Kim Kirkpatrick: The older we get (speaking in generalities) the more close-minded we become; music can reveal this hideous decaying trait quickly in those around you. A musical assault occurs daily from oldies radio stations, commercials, movies with soundtracks with every song a past hit—every one of them recognizable, and often demographically and decade-specific! People get old (cut-off points being college or even high school) and stop listening to, or searching out, new music. Now I know that doesn’t apply to me, and most likely anyone visiting this site, but if you're starting to creak and moan about the sounds around you I can tell you what has helped me stay interested.
You need a few friends you can trust, ones who have heard as much music as you. If you are really fortunate, they do not have the exact same taste as you. I have friends (some I have never met in person) that have expanded my musical enjoyment, my education, greatly. It could be jazz, rap, reggae, blues, country, metal; I'm talking boatloads of music I would never have found or heard otherwise. These people shared their knowledge, filtered out the crap, and fed me the best from various genres.
My other tip for staying engaged with the music around you is to give it your time. Honestly, the older I get the more likely I am to turn against some band immediately: “heard this before,” “sounds just like…,” etc.* But if certain friends turn me on to some music, I respect their opinion enough to give it an honest chance. And being an artist, and having tried to be a musician, I also think everyone needs to remember these musical efforts are someone’s life work, it is what they live for. So it deserves some effort on your part, and for me that means repeated listening. I may hate a CD because of my mood—it is very possible I am grumpy and feeling like not liking anything. I frequently find it requires time for a lot of music to sink into my aging brain. I might listen to a CD over a few days, or on repeat while working. Playing it through three or four times can change my opinion. That said, I still hear plenty of music I just hate, and know I always will. But it is far more common for me to have questions (about the music or myself) after the first time through, and that encourages me to give it another try.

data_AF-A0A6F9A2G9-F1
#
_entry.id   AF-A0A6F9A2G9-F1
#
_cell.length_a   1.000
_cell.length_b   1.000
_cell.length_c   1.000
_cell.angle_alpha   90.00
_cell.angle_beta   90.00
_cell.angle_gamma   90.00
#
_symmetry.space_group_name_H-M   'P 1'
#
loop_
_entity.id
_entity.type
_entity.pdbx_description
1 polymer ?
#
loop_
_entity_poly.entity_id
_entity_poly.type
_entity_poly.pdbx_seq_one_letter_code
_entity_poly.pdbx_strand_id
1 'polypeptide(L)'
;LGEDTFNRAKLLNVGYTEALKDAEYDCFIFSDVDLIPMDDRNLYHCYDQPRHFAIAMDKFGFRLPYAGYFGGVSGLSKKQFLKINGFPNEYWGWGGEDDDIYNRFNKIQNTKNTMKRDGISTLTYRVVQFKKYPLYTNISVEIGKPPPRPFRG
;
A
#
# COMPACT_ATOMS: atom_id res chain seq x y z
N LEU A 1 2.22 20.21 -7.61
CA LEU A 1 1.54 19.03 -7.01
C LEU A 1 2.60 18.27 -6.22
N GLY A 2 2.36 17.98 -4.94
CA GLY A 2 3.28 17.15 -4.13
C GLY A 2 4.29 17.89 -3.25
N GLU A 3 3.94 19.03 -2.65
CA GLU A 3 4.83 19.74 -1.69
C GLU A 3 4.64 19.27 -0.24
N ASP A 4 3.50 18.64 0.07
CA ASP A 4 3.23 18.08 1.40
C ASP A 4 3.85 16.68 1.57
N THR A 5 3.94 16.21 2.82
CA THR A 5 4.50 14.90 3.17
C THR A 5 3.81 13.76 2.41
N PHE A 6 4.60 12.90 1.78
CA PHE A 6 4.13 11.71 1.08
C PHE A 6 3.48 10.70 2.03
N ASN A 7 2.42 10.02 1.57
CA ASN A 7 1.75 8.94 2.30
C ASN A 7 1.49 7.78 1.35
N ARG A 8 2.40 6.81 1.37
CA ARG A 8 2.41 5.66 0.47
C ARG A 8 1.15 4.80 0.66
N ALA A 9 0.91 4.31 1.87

• • •
All of the above applied to my hearing Koshari’s Unless (2005), I could easily have dismissed it, aged a bit more, and moved on in a huff! But because a longtime friend (and fellow guitar player) had praised them, and because the guitarist in the band was so warm, sincere, and friendly when we first met (he gave me a copy), I knew I should give it more time. I also knew the following applied; some music has to be played loud or you might as well turn it off. Koshari** is just such a band. With the volume down low you can dismiss it as lightweight, derivative of Swervedriver, My Bloody Valentine, Lush—just another band. Turn them up, way up, give them a few listens back to back, and the music will open up and breath for you. Sure, Barbara Western’s vocals are breathy, with a familiar ethereal quality at times, but they are strong too, and with subtle expression. Bryan Baxter’s guitar is full of recognizable tones but he makes them his own, and his diverse effects serve each song specifically. Danny Ralston’s drumming is superb, intelligent, and creative enough that I have gone through the whole CD focused on just his playing.
Koshari’s Unless is packed with atmosphere, beauty, substance, and it rocks. It is progressive, ambient, hard core, surf, metal—alternate tuning, droning, chiming, shimmering rock music. With volume and repeated listening the subtle, detailed production quality opens up for you. The recording has a clarity and space to it, and the band's performance is connected, displaying an honest interaction and awareness of each other.
And it rocks!
*Years ago, a friend gave me grief about playing the first R.E.M. record (then brand new) on the radio. His position was they were so derivative it was criminal, and I had no business playing them. He told me, “If I want to hear The Byrds, I’ll play The Byrds!"
**The Hopi Kosharis are considered to be Clown Kachinas. They behave in the manner of Pueblo clowns, engaging in loud conversation, inappropriate actions and of course, gluttony. They are often drummers for the dances. Kosharis are figures that are both sacred and profane. They are the ultimate example of overdoing everything they set out to do.